Case Studies of the Reorientation Traverse Accuracy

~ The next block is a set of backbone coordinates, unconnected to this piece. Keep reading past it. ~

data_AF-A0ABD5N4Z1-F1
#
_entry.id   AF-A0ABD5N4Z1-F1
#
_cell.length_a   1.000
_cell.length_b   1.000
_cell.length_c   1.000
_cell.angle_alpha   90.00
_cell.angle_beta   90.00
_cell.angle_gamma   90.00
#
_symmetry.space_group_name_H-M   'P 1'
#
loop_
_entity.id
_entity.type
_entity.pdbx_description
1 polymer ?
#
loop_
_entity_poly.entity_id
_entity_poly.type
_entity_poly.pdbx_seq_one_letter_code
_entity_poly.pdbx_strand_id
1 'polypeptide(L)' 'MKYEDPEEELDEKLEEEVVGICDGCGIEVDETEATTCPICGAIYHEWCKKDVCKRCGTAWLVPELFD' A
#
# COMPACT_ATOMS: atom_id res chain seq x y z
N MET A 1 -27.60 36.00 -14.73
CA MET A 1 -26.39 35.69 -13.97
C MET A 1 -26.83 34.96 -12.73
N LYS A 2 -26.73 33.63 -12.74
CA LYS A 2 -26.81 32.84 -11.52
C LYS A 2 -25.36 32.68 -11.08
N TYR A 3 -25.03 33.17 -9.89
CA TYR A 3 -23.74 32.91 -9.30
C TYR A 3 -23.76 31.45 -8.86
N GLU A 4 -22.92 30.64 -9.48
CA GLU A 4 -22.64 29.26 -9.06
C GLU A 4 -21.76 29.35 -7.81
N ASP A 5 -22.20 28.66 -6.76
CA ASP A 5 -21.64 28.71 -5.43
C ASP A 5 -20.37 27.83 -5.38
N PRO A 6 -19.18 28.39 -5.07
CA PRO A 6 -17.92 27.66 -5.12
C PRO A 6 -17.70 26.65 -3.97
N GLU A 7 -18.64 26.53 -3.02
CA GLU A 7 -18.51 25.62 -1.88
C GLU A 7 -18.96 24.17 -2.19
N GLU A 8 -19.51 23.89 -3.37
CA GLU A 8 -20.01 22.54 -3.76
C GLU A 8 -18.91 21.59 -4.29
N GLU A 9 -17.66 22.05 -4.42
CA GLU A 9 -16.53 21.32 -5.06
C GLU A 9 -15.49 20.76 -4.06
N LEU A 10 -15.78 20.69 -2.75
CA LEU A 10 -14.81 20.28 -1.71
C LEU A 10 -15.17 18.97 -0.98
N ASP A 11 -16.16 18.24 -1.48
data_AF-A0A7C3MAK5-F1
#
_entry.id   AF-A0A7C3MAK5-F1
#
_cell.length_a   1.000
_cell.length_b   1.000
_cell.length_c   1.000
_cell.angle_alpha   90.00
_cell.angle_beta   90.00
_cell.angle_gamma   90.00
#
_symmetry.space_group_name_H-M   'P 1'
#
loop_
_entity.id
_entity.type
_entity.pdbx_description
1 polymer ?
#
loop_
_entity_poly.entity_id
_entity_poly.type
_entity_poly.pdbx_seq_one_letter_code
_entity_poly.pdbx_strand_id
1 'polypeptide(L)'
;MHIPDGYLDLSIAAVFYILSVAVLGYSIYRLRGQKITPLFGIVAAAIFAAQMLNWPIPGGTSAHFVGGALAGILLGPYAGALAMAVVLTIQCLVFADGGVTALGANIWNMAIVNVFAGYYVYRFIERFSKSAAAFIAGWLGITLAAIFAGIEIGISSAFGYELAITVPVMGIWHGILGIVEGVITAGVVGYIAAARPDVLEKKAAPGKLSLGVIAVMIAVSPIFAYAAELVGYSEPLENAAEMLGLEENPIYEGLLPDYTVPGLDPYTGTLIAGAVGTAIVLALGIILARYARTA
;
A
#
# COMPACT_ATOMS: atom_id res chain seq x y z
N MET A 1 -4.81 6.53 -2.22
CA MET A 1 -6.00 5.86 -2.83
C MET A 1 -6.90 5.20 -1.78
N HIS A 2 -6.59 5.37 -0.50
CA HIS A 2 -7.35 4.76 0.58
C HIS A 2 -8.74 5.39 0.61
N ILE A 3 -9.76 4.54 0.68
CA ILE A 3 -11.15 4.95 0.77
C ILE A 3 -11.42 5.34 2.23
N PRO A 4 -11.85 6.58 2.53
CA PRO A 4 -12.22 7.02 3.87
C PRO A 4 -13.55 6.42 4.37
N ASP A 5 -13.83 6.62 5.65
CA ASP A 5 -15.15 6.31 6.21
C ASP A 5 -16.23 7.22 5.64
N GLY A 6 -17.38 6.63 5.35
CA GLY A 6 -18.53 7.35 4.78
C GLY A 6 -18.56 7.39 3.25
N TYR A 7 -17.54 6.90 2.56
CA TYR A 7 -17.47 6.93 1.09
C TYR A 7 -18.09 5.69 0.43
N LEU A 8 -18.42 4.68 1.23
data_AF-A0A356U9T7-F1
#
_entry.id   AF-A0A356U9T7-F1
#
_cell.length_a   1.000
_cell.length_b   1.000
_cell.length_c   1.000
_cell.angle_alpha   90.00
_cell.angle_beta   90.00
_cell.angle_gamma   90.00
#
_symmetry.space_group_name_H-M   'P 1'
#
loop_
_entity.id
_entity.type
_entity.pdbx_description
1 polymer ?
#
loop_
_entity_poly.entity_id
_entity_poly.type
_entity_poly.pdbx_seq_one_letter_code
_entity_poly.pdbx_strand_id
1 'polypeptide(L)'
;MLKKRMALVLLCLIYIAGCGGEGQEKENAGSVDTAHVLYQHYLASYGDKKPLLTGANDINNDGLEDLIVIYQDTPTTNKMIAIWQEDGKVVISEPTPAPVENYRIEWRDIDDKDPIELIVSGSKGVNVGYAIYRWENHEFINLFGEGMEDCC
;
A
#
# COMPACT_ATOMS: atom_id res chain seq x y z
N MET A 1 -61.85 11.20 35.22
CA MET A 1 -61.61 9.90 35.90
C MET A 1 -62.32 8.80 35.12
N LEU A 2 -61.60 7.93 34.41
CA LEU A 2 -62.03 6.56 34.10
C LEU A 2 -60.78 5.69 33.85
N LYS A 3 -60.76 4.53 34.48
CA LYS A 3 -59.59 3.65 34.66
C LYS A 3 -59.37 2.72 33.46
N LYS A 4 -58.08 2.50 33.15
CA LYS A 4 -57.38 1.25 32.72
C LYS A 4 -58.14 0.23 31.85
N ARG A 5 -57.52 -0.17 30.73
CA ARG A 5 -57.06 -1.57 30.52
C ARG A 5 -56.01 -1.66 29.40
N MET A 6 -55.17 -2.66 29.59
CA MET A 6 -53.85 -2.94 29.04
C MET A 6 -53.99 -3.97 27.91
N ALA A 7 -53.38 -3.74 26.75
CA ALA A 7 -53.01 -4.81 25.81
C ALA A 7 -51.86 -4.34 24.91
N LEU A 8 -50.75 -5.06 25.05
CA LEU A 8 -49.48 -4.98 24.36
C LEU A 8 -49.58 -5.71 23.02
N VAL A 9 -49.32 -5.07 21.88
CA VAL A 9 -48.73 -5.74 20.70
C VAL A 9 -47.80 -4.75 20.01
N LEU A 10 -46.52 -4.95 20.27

The possibility of computing a traverse having no base angles at the takeoff and closing control stations has been previously published in Chukwuocha et al. (2017). In this computational method, the azimuth of the first traverse leg is indirectly determined between a pair of orphaned control stations without a field-observed reference azimuth line. The base angles at the control stations or the azimuth of the first traverse leg is computed from the geometry of the traverse. Thereafter, the traverse is computed as a normal traverse. This traverse method is termed reorientation traversing. This article will statistically compare the variation in the computed coordinates when using the reorientation traversing method versus the traditional traverse method, which has either known azimuths at each end of the traverse or two previously established control stations at the termini. To make this comparison, a series of four different traverses with varying numbers of new stations were run using both the reorientation and traditional traverse methods. From these case studies, a correctly weighted least squares adjustment was performed, and a statistical test at a 0.01 level of significance was performed on the resultant coordinates. This comparison demonstrates that the two methods produce a set of coordinates that can be considered statistically the same. The results demonstrate that reorientation traversing is a valid procedure when sufficient directional control is not available in the field.
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